I write crime and horror fiction, mostly with a hardscrabble rural setting. My characters tend to be people who are damaged in some way even before I put them through the wringer, and my endings are rarely what you’d call “happy.” I’ve written and published poetry, though not in the last few years. Prose takes up all of my writing time.
Why do I write, and why do I write what I do? It sure isn’t for the money, though a bit more of that would help keep a roof over my head. I suppose I write because it’s an impulse I’ve had since I was a child. My childhood was dark. I’d always made up stories in my head because I was a shy, scrawny kid, and any reality I created was far better than my actual life, and by the age of nine or ten, it occurred to me to start writing them down. I write what I write because those are the kinds of stories that interest me.
Stories might start out in a notebook or on scraps of paper. I wrote down a line at work the other day, something I think will grow into a short story. Once I get serious about a project, I’ll transfer it to the computer, and go from there. I don’t have a set writing schedule. I know I should. I used to write every morning or late at night because it was quiet and I was the only one up. Now that I live alone, and I can write any time I want, I’ve allowed myself to slide. I need to get back into a routine if I ever want to see another novel published.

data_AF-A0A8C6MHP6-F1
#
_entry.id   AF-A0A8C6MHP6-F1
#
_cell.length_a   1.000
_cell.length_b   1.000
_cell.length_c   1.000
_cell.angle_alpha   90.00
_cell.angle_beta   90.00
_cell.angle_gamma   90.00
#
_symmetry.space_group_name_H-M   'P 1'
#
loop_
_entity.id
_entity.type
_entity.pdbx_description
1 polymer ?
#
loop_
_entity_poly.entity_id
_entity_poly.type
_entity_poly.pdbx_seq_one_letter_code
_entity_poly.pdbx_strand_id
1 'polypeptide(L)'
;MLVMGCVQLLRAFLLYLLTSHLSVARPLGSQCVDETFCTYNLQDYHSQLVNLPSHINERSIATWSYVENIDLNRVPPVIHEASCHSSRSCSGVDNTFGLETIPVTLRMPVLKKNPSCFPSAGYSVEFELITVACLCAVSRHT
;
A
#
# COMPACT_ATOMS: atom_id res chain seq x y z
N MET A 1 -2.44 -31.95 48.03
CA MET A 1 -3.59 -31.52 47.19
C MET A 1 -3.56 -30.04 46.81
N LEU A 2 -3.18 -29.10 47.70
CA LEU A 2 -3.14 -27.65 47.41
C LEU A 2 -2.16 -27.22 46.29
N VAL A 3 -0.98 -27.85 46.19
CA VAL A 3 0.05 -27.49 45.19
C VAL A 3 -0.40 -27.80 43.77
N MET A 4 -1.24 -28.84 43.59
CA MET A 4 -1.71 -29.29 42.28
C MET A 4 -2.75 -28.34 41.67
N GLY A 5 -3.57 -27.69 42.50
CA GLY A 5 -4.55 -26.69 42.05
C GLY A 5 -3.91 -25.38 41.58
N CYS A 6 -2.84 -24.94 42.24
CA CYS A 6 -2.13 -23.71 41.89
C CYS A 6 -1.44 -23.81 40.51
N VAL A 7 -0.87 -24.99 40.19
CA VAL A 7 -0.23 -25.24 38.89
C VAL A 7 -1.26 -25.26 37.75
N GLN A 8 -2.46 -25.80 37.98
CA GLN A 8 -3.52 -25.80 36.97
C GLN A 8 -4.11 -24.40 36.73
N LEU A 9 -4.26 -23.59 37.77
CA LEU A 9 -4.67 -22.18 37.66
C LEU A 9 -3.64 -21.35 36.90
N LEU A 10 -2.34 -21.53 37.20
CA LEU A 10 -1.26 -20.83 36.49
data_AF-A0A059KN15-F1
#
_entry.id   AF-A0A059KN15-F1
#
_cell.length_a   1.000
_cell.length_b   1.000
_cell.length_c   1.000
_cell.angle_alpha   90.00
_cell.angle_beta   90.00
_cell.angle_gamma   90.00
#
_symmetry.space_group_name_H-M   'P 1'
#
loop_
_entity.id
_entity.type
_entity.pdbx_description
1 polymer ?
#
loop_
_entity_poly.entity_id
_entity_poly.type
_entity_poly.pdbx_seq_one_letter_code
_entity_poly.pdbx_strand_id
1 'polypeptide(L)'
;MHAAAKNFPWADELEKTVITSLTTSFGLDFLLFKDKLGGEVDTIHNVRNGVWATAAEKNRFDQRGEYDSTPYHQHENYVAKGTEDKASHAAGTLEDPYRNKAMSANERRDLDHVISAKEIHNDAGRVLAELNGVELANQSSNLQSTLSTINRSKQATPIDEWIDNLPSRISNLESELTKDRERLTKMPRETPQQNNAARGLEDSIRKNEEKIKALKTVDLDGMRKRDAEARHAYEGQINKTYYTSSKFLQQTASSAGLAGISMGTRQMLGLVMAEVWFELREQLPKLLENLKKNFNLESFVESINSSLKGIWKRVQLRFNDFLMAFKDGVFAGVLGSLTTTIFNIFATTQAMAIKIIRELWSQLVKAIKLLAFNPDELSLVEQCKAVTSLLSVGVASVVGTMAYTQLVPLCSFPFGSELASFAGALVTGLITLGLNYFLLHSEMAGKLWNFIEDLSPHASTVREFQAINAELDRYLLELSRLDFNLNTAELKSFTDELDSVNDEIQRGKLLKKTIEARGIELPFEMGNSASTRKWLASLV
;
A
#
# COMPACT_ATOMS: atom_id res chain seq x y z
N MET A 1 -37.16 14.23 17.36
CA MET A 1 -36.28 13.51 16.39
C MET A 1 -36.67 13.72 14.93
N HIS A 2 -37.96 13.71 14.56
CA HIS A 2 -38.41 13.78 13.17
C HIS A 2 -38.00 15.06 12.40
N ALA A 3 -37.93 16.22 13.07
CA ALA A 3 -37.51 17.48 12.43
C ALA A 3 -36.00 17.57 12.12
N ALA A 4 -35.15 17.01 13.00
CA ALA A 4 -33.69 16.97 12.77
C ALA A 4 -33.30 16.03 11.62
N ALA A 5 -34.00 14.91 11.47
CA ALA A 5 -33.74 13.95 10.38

Linda K. Sienkiewicz is the author of In the Context of Love, adult contemporary fiction, a 2016 Sarton Women’s Fiction Finalist, 2016 Eric Hoffer Book Award Finalist, 2016 Readers’ Favorite Finalist, 2016 USA Book News Best Book Finalist, and Great Midwest Book Fest Honorable Mention.
Angelica Schirrick had always suspected there was something deeply disturbing about her family, but the truth was more than she bargained for.